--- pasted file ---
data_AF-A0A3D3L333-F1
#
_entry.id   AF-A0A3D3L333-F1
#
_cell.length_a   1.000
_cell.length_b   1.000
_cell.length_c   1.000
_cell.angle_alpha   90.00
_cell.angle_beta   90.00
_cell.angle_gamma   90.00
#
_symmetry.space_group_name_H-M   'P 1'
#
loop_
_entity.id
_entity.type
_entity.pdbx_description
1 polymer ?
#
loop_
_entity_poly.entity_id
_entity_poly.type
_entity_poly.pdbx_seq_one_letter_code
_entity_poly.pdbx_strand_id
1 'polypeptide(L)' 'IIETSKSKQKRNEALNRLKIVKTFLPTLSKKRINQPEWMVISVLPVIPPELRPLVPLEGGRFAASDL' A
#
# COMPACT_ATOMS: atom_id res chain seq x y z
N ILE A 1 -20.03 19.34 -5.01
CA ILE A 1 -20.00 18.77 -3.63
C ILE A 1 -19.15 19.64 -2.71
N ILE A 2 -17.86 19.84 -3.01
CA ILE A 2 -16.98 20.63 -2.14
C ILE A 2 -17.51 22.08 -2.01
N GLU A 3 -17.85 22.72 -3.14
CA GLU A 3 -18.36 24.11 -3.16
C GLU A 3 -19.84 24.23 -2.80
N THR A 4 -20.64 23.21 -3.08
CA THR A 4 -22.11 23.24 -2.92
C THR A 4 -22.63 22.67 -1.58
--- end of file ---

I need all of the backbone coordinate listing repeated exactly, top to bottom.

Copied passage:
data_AF-A0A3D3L333-F1
#
_entry.id   AF-A0A3D3L333-F1
#
_cell.length_a   1.000
_cell.length_b   1.000
_cell.length_c   1.000
_cell.angle_alpha   90.00
_cell.angle_beta   90.00
_cell.angle_gamma   90.00
#
_symmetry.space_group_name_H-M   'P 1'
#
loop_
_entity.id
_entity.type
_entity.pdbx_description
1 polymer ?
#
loop_
_entity_poly.entity_id
_entity_poly.type
_entity_poly.pdbx_seq_one_letter_code
_entity_poly.pdbx_strand_id
1 'polypeptide(L)' 'IIETSKSKQKRNEALNRLKIVKTFLPTLSKKRINQPEWMVISVLPVIPPELRPLVPLEGGRFAASDL' A
#
# COMPACT_ATOMS: atom_id res chain seq x y z
N ILE A 1 -20.03 19.34 -5.01
CA ILE A 1 -20.00 18.77 -3.63
C ILE A 1 -19.15 19.64 -2.71
N ILE A 2 -17.86 19.84 -3.01
CA ILE A 2 -16.98 20.63 -2.14
C ILE A 2 -17.51 22.08 -2.01
N GLU A 3 -17.85 22.72 -3.14
CA GLU A 3 -18.36 24.11 -3.16
C GLU A 3 -19.84 24.23 -2.80
N THR A 4 -20.64 23.21 -3.08
CA THR A 4 -22.11 23.24 -2.92
C THR A 4 -22.63 22.67 -1.58